Writing with an injury

So this week I was going to post another 20books Vegas update. Failing that, maybe a marketing post. Or something festive.

But events have overtaken me.

I’ve injured a tendon in my upper right arm.

I’m not entirely sure how I did it, but I imagine it was a combination of typing about 120k words in 6 weeks, combined with moving house and doing lots of lifting.

I’m currently typing this, and it hurts. I shouldn’t be typing. And this post will be short as a result: I need to rest.

The good news is this has forced me to go back to dictation. Like lots of writers, it’s injury which finally forced me to take it seriously.

Luckily, my injury isn’t serious. I’ll miss out on writing some stories over the Christmas break (unless I can find a quiet spot for dictation: unlikely). But it’s not the end of the world. I will heal.

But it’s made me realize I need to look after my body. Writing may seem like a low-risk profession, but it actually carries a high risk of injury or illness.

There’s all those hours getting butt in chair (something I’m a proponent of), and the impact that has on your back.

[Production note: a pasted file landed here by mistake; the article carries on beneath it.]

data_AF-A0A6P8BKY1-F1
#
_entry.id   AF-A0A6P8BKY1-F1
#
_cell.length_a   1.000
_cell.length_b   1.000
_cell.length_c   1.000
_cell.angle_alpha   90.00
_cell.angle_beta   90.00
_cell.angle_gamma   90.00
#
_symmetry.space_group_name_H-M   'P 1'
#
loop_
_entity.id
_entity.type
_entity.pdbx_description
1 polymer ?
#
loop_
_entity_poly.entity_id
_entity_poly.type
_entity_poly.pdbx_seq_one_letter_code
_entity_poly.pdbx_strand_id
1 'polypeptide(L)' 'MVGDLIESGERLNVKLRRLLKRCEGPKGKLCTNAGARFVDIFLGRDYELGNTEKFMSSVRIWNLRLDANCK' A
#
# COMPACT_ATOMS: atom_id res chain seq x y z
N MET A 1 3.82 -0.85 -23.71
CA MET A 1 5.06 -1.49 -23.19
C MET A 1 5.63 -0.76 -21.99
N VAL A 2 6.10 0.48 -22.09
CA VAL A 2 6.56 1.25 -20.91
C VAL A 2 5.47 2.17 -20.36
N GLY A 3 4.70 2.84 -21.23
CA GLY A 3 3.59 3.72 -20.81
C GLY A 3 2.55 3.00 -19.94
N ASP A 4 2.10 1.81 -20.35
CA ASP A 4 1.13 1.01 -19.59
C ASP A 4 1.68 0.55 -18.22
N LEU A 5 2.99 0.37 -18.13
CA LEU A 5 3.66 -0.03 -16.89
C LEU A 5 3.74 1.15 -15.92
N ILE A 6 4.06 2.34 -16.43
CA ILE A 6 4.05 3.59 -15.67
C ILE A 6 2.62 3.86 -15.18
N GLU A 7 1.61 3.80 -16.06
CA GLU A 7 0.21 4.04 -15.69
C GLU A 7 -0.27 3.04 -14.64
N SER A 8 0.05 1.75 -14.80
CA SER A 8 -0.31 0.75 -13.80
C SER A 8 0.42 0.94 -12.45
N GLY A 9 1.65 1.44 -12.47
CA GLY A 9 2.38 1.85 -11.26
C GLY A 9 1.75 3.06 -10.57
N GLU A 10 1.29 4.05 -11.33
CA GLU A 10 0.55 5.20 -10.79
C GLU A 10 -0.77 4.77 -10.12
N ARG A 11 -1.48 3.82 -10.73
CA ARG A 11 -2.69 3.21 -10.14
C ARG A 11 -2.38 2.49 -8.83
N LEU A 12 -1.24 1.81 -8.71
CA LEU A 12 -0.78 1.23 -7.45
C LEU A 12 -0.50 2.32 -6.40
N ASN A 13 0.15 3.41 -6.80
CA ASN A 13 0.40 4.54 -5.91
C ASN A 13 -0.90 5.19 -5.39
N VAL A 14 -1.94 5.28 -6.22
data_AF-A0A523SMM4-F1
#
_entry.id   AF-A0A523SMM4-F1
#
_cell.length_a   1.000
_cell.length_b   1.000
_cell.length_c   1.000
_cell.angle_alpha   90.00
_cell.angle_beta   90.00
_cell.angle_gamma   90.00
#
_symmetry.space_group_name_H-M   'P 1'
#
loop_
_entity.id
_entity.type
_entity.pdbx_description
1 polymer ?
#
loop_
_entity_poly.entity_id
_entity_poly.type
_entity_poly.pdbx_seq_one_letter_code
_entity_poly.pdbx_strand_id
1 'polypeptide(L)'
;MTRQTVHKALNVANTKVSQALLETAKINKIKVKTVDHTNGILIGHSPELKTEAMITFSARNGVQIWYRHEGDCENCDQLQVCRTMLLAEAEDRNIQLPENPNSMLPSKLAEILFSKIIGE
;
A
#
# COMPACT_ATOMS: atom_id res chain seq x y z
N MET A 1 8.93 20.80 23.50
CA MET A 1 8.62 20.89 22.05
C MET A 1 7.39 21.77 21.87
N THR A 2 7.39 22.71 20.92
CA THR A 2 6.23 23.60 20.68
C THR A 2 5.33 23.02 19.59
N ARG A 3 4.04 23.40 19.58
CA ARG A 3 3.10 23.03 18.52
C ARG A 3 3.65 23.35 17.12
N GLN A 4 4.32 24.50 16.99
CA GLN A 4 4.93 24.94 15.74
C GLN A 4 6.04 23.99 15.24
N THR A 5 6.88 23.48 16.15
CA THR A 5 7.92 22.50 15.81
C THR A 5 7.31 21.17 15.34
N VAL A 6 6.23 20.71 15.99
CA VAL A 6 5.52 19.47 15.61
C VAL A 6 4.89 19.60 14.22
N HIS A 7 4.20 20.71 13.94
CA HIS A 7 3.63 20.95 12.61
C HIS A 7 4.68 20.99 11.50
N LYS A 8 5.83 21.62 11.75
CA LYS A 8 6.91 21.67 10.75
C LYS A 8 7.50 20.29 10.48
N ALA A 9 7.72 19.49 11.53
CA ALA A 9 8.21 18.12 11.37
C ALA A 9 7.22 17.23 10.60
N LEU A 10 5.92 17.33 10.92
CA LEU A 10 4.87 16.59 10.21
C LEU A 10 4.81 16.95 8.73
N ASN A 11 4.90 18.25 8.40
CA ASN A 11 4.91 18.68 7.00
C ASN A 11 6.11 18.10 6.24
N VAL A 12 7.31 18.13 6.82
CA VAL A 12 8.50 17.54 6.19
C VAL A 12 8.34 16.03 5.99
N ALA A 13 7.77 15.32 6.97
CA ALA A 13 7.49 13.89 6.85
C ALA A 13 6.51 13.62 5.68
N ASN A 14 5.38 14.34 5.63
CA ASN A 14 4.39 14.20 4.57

There’s the frantic typing, and the impact on hands, wrists and arms.

And there’s the sedentary nature of the job, and the effect that has on weight gain and general fitness.

On Tuesday I had to write a 6,000 word article for a freelance client. I use Google docs when working for this client, so it was an easy switch to activate the dictation function in that app on my phone.

(Sorry, had to break for a bit there. Ouch.)

It was fast. I wrote 3,000 words in an hour and a half, which is way faster than I normally manage for nonfiction.

Maybe it’ll boost my fiction too, who knows?

And dictating was actually really pleasant. Instead of sitting at my desk, I sat in a comfy chair in my living room, with my cat on my lap and the fire lit.

Picture this scene, but with my phone in my hand instead of a book.

reading with a cat in front of a sorting fire

Bliss.

The proof of the pudding will be in the editing. I know it will be tougher; the punctuation is all over the place, for starters. But editing doesn’t involve the same repetitive motion as typing, so I’m hoping it won’t be so painful.

(I just had to take another break. I’m in a busy coffee shop so don’t have the option of dictating right now).

I’m going to stop now. I don’t want to undo the healing that’s happened so far.

But I hope you can learn from this post before you end up injuring yourself writing too. Try dictation. Try everything you can to give your body a rest.

Maybe don’t write 120k words in 6 weeks.

And in the meantime, have a wonderful festive break, whether you celebrate Christmas or not. If Santa is your thing, I hope he’s good to you!

Or if you’re a Jedi, enjoy the new Star Wars film. I know I will.

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